Study co-author Nahum Sonenberg, PhD, of McGill University previously linked memory and eIF2 alpha in genetic studies of mice, and his lab group also conducted the memory tests for the current study.

The chemical identified by the UCSF researchers is called ISRIB, which stands for integrated stress response inhibitor. ISRIB counters the effects of eIF2 alpha inactivation inside cells, the researchers found.

"ISRIB shows good pharmacokinetic properties [how a drug is absorbed, distributed and eliminated], readily crosses the blood-brain barrier, and exhibits no overt toxicity in mice, which makes it very useful for studies in mice," Walter said. These properties also indicate that ISRIB might serve as a good starting point for human drug development, according to Walter.

Walter said he is looking for scientists to collaborate with in new studies of cognition and memory in mouse models of neurodegenerative diseases and aging, using ISRIB or related molecules.

In addition, chemicals such as ISRIB could play a role in fighting cancers, which take advantage of stress responses to fuel their own growth, Walter said. Walter already is exploring ways to manipulate the unfolded protein response to inhibit tumor growth, based on his earlier discoveries.

At a more basic level, Walter said, he and other scientists can now use ISRIB to learn more about the role of the unfolded protein response and the integrated stress response in disease and normal physiology.

Additional UCSF study authors are Diego Acosta-Alvear, PhD, Punitha Vedantham, PhD, Brian Hearn, PhD, Ciara Gallagher, PhD, Kenny Ang, PhD, Chris Wilson, PhD, Voytek Okreglak, PhD, Byron Hann, MD, PhD, Michelle Arkin, PhD, and Adam Renslo, PhD. Other authors are Han Li, PhD, and Avi Ashkenazi, PhD, from Genentech; and, Karim Nader, PhD, Karine Gamache, and Arkady Khoutorsky, PhD, from McGill University. The study was funded by the Howard Hughes Medical Institute.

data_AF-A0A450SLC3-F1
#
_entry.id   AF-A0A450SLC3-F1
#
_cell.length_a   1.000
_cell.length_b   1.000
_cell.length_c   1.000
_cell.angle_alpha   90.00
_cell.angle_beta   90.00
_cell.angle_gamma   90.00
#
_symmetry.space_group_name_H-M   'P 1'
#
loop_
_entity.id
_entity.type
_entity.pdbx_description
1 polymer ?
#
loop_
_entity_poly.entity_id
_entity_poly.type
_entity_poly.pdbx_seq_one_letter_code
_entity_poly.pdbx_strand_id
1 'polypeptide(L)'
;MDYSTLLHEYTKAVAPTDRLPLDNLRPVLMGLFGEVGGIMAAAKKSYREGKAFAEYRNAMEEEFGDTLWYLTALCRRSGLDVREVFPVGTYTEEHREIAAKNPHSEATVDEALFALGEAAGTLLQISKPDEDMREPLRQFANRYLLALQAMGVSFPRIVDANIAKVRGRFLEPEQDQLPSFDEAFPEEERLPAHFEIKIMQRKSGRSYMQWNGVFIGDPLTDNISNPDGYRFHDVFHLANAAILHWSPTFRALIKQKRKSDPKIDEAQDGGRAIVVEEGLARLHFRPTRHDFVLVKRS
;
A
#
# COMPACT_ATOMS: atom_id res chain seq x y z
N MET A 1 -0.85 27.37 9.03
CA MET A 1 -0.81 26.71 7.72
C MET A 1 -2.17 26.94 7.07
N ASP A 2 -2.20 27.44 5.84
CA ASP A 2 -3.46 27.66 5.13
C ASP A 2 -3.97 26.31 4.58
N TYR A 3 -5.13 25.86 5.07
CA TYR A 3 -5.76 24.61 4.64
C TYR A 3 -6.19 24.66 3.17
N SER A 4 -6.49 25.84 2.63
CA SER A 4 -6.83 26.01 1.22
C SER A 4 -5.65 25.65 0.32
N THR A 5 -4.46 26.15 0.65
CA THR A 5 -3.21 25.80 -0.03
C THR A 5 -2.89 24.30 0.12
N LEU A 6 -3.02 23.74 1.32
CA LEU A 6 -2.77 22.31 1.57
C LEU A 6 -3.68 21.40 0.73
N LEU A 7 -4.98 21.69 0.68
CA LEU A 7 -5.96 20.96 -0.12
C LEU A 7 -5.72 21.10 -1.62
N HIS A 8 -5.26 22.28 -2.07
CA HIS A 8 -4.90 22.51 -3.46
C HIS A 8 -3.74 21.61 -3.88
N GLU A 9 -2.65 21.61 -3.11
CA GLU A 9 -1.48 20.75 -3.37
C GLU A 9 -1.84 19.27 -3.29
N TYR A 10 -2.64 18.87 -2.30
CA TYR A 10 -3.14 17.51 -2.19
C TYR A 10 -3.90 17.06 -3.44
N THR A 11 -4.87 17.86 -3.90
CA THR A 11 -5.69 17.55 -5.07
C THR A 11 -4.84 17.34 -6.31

UCSF is a leading university dedicated to promoting health worldwide through advanced biomedical research, graduate-level education in the life sciences and health professions, and excellence in patient care.

Jeffrey Norris | EurekAlert!
Further information:
http://www.ucsf.edu

More articles from Life Sciences:

nachricht Could this protein protect people against coronary artery disease?
17.11.2017 | University of North Carolina Health Care

nachricht Microbial resident enables beetles to feed on a leafy diet
17.11.2017 | Max-Planck-Institut für chemische Ökologie

All articles from Life Sciences >>>

The most recent press releases about innovation >>>

Die letzten 5 Focus-News des innovations-reports im Überblick:

Im Focus: A “cosmic snake” reveals the structure of remote galaxies

The formation of stars in distant galaxies is still largely unexplored. For the first time, astron-omers at the University of Geneva have now been able to closely observe a star system six billion light-years away. In doing so, they are confirming earlier simulations made by the University of Zurich. One special effect is made possible by the multiple reflections of images that run through the cosmos like a snake.